Cutting Extrajudicial Killings: US satisfied with Rab’s progress
Visiting US Assistant Secretary Donald Lu yesterday expressed satisfaction that Rab reduced extrajudicial killings since late 2021, when the US imposed sanctions on the force.
"We've had quite good discussions on Rab. If you've seen the statement this week by Human Rights Watch, they recognise and we recognise tremendous progress in the area of reducing extrajudicial killings by the Rab. This is amazing work," Lu told a joint press briefing at the foreign ministry.
"It shows that Rab is able to carry out its important counterterrorism and law enforcement functions while respecting human rights," added the US assistant secretary for South and Central Asia.
After a meeting with Lu over lunch at the Foreign Service Academy, Home Minister Asaduzzaman Khan was asked at a media briefing whether the sanctions on Rab would be lifted.
"Lifting of sanctions is a complex process. It may take some time," he said, quoting Lu as saying.
He added that Rab's progress should continue and the sanctions will be lifted in future.
There was no discussion on reforms of Rab, he added.
Lu met Prime Minister's Private Industry and Investment Adviser Salman F Rahman over breakfast at the latter's residence. He then met Foreign Minister AK Abdul Momen and Foreign Secretary Masud Bin Momen. US Ambassador Peter Haas was present.
Lu later attended the lunch hosted by the foreign secretary and held meetings with the home minister, Law Minister Anisul Haq, State Minister for Foreign Affairs Shahriar Alam, civil society and labour rights groups.
He arrived at the Hazrat Shahjalal International Airport on Saturday evening and left early today.
During the press briefing at the foreign ministry, he told reporters in Bangla that he travelled to Bangladesh to strengthen friendship at a time when the whole world was struggling for peace and justice.
Donald Lu said he had very honest and open discussions and reiterated the US commitment to democracy and human rights.
"We'll stand up for freedom of speech, freedom of expressions and we look forward to working very closely with our partner here in Bangladesh."
Foreign Minister Momen then told reporters he informed Lu that Rab stopped terrorism in the country and after 2017 there was no major incident of terrorism. Also, many Rab officers were demoted and sacked.
"Seven Rab men were given the capital punishment – information that the US did not have. However, there are exceptions.
"The DSA [Digital Security Act] is a very good law. But sometimes some people misused it. We're rectifying it."
The home minister at his press conference said Lu was happy that the government allowed the BNP rally on December 10 and observed that all political parties should have rights to do politics and assembly.
He told Lu that the government allows rallies that are peaceful and do not block the roads. "We intervene only if they destroy public property or block roads."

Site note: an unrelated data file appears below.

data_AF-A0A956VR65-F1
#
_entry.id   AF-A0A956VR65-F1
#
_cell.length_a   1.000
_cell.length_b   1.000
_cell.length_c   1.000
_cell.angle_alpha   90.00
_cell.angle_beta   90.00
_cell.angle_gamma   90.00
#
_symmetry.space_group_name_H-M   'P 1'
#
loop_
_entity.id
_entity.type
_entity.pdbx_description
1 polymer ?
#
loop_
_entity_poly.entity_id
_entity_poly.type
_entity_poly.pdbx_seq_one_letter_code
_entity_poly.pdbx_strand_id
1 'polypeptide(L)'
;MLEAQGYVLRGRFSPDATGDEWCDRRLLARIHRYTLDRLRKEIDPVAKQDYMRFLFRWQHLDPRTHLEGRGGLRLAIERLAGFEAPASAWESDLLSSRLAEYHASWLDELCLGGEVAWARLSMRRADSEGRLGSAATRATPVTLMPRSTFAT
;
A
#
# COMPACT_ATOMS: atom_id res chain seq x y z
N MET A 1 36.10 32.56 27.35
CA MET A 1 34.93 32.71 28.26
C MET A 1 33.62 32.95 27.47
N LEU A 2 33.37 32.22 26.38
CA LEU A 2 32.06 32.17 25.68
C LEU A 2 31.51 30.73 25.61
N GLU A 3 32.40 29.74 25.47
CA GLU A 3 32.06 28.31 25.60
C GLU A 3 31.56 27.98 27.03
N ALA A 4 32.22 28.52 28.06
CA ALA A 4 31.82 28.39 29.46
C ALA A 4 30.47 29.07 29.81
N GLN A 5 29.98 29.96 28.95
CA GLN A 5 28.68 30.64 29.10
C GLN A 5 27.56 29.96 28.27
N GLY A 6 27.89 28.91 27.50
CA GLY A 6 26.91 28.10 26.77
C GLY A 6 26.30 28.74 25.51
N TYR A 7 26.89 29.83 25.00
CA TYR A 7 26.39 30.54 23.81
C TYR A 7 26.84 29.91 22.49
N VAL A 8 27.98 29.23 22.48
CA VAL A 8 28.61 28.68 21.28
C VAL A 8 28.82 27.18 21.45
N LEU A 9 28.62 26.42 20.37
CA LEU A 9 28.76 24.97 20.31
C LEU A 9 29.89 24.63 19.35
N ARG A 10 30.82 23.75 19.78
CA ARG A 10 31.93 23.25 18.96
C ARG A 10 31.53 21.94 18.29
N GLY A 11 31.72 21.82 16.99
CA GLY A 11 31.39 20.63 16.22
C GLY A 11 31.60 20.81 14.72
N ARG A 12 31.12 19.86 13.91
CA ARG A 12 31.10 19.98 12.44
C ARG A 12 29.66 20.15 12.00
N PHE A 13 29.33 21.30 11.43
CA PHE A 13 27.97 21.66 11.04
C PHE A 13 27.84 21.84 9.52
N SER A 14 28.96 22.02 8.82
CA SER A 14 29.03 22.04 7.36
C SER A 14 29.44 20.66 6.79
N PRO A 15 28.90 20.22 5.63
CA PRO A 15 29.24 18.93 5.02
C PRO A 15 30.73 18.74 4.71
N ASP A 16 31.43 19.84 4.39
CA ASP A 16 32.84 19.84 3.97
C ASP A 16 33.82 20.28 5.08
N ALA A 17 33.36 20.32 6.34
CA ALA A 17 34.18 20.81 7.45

He also said that Prime Minister Sheikh Hasina wants a free and fair poll and is working towards that end ahead of the national polls early next year.
On this issue, Foreign Minister Momen told Lu that the Awami League always believed in elections and always formed governments through ballots, not bullets.
"Bangladesh is a unique country where people fight for democracy, justice and human rights. Three million people sacrificed their lives … all people of the country cast their votes whereas in many countries fewer people can cast votes. Therefore, no one should have doubts about it," he said.
When Donald Lu drew attention to the allegations of irregularities in elections, Momen said the government has introduced photo ID to prevent fake voting, and transparent ballot boxes to prevent stuffing.
"We've formed a strong Election Commission, which has full authority on its budget. And it is very powerful. So, we hope that we'll hold a transparent and nice election."
Momen then told Lu that allegations of vote rigging were also raised in the US.
"No country is perfect. Your country is not perfect either."
LABOUR RIGHTS, GSP
Lu said labour rights is an important issue for trade relationships, for getting back the GSP facility and funds from the US International Development Finance Corporation (DFC).
"I'm very confident we're going to make progress this year," he said.
The US suspended the Generalised System of Preferences for Bangladesh following the Rana Plaza collapse in 2013.
Lu said he was still waiting for the Congress to authorise it. Bangladesh will be the first country on the list to get the GSP back when the Congress authorises it, he added.
Momen said the US should invest in Bangladesh.
He sought US support in renewable energy and technical assistance for climate resilient infrastructure.
They also discussed defence and security cooperation.
Lu said he discussed the Indo-Pacific Strategy and the US's desire to put more resources and more attention to the region, including Bangladesh.
He appreciated Bangladesh's humanitarian gesture extended towards the Rohingya refugees.
Bangladesh Environmental Lawyers Association Chief Executive Syeda Rizwana Hasan said participatory election, overall election process, and Chittagong Hill Tracts issues were briefly discussed.
Awami League International Affairs Secretary Shammi Ahmed, Dhaka University teachers Prof Imtiaz Ahmed, Lailufar Yasmin, Delwar Hossain, among others, were present.